Deregulation, increased flexibility in merger and field membership criteria, and expanded member services was a big part of the credit union story in the 1980s. Early in the decade, high interest rates and unemployment brought supervisory changes and insurance losses too.
But the biggest crisis would come. During 2008, the NCUA chairman reported that corporate credit unions faced increasing liquidity issues. A significant portion of their mortgage-backed securities had lost value and were downgraded below investment grade due to deterioration of the underlying collateral.
In the run-up to the 2008 financial market meltdown, trouble was already brewing. A paper by the Congressional Research Service, Federal Deposit Insurance for Banks and Credit Unions, reported that “according to the National Credit Union Administration (NCUA), 15, 16, and 12 credit unions failed in 2005, 2006, and 2007, respectively; in comparison, 18 credit unions failed in 2008, 28 in 2009, 28 in 2010, and 16 in 2011. In addition, five corporate credit unions, which provide financial services for retail credit unions, saw severe liquidity pressures and were eventually placed under conservatorship by the NCUA.”
In 2009, the NCUA put two corporate credit unions, the U.S. Central Federal Credit Union and the Western Corporate Federal Credit Union into conservatorship. A year later, Constitution Corporate Federal Credit Union, Members United Corporate Federal Credit Union, and Southwest Corporate Federal Credit Union, were also placed into conservatorship. The chairman reported that five corporates under conservatorship represented approximately 70% of the entire corporate system’s assets and 98.6% of the investment losses within the system.
Regulators and legislators responded to the depletion of the Deposit Insurance Fund that resulted from the dramatic increase in failures and the temporary decline in the NCUSIF below its statutory level during 2010. One thing regulators did was to increase deposit insurance assessments on member institutions. The NCUA borrowed funds from the U.S. Treasury via the Temporary Corporate Credit Union Stabilization Fund (TCCUSF) to administer the conservatorships of the corporate credit unions. The 111th Congress also provided the FDIC and the NCUA with greater ability to meet the liquidity needs of depository institutions. In July of 2010, the Dodd-Frank Wall Street Reform and Consumer Protection Act became law. It permanently established NCUA’s standard maximum share insurance amount at $250,000, which mirrored the FDIC.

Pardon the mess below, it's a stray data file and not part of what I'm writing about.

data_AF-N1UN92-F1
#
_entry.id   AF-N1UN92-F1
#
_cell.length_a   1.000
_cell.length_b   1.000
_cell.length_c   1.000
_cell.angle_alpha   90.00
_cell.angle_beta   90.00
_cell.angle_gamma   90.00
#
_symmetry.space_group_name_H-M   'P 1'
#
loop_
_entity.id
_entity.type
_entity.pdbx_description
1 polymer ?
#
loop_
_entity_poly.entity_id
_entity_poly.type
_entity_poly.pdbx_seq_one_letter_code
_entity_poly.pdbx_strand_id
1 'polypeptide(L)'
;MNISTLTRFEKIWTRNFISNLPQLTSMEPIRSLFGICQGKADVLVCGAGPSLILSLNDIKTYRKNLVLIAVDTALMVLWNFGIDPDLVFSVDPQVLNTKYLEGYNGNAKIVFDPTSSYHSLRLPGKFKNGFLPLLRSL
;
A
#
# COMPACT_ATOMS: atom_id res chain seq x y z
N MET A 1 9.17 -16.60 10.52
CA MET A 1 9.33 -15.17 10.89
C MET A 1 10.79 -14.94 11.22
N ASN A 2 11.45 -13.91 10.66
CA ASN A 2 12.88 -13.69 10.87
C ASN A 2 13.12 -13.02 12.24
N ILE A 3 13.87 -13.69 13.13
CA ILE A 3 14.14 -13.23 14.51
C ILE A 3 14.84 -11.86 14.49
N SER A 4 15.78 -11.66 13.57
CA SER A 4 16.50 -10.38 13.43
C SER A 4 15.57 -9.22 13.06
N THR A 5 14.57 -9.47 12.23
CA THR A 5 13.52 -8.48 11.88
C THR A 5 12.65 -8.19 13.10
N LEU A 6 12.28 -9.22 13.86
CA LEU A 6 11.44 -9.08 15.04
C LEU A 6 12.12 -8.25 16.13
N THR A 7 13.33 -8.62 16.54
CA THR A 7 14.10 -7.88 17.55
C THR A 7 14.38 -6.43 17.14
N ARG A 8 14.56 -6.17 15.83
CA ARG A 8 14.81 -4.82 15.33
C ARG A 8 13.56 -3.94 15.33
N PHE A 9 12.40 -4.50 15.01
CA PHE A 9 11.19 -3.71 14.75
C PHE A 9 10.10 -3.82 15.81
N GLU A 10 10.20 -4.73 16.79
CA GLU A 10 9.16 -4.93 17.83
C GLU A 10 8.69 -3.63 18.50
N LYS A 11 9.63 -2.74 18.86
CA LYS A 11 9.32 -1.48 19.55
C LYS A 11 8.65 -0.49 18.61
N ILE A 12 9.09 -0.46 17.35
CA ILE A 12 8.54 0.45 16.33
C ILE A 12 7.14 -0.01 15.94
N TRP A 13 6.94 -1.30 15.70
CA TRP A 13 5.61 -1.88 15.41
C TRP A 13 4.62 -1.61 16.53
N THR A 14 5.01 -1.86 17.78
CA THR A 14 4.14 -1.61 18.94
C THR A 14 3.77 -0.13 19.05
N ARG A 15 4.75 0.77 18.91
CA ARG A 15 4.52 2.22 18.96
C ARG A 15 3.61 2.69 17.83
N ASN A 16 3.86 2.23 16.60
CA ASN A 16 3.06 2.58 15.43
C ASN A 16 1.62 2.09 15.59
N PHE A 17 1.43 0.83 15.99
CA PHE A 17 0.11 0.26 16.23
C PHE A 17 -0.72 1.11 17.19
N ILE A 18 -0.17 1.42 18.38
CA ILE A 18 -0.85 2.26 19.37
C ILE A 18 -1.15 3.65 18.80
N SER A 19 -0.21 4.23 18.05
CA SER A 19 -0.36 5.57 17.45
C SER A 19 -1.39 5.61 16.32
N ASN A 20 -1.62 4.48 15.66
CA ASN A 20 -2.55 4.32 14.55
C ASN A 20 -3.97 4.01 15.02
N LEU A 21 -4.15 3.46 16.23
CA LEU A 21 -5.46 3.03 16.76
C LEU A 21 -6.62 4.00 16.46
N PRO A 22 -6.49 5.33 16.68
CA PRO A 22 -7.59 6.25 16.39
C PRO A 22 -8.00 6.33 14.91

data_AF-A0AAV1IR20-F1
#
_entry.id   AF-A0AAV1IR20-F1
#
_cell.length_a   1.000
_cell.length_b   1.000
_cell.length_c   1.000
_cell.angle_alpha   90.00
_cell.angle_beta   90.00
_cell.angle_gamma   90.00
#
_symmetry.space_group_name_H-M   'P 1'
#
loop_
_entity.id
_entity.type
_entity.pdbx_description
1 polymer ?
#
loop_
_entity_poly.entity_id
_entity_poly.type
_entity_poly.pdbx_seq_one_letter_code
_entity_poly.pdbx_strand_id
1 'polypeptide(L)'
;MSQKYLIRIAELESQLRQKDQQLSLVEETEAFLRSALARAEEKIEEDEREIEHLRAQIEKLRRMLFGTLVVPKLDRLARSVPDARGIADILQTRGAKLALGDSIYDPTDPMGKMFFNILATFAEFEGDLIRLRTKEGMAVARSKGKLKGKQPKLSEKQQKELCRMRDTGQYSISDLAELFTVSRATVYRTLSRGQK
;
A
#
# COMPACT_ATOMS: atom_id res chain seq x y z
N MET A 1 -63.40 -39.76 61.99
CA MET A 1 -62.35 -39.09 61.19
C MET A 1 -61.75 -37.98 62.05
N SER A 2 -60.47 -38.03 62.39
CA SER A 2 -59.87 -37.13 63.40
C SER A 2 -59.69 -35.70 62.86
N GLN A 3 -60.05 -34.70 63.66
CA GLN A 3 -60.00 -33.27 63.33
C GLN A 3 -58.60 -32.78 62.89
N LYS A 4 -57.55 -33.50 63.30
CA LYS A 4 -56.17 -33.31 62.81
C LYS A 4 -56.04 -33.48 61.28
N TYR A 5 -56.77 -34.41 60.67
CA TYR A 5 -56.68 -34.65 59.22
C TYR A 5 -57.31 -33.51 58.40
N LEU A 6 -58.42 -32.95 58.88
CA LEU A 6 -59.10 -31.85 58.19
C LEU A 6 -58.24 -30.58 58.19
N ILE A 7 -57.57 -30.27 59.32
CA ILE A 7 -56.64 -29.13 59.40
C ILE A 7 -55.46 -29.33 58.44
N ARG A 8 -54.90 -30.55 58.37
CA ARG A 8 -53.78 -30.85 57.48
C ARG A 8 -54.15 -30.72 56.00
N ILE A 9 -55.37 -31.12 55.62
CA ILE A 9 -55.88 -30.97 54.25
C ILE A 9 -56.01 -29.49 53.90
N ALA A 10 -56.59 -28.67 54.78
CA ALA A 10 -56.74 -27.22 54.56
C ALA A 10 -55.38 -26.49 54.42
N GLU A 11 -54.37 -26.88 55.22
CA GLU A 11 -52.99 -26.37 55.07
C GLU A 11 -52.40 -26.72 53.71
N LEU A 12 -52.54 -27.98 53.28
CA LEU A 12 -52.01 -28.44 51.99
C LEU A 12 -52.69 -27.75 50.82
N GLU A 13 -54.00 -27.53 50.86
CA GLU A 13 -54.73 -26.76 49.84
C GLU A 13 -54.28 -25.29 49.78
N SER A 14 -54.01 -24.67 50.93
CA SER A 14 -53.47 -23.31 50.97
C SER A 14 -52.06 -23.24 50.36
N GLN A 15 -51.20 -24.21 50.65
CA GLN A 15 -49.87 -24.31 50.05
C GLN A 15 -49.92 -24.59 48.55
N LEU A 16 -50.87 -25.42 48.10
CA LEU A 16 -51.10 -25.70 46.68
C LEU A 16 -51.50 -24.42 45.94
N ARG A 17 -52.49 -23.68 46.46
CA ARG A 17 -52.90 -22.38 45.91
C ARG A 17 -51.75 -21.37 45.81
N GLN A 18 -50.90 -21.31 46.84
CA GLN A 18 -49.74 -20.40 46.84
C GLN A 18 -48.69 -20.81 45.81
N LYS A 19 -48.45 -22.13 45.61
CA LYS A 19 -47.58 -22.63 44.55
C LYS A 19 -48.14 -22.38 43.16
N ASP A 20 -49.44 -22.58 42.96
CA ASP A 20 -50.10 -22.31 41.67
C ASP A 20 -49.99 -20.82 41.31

October 2016 marked an important milestone for the NCUA in its resolution of the corporate credit union crisis. The NCUA repaid $1 billion of outstanding balance on the agency’s borrowing line with the U.S. Treasury. With that payment, the Temporary Corporate Credit Union Stabilization Fund’s outstanding borrowings from the U.S. Treasury was fully repaid. Another milestone for the NCUA came in late 2016 when insured shares and deposits in federally insured credit unions grew, for the first time, to more than $1 trillion. The NCUA and the credit union system have experienced issues, but they remain safe, sound and secure.
Editor's Note: For details of the current state of deposit insurance coverage, please refer to the article, “Safety of Your Money - Deposit Insurance Coverage Limits.”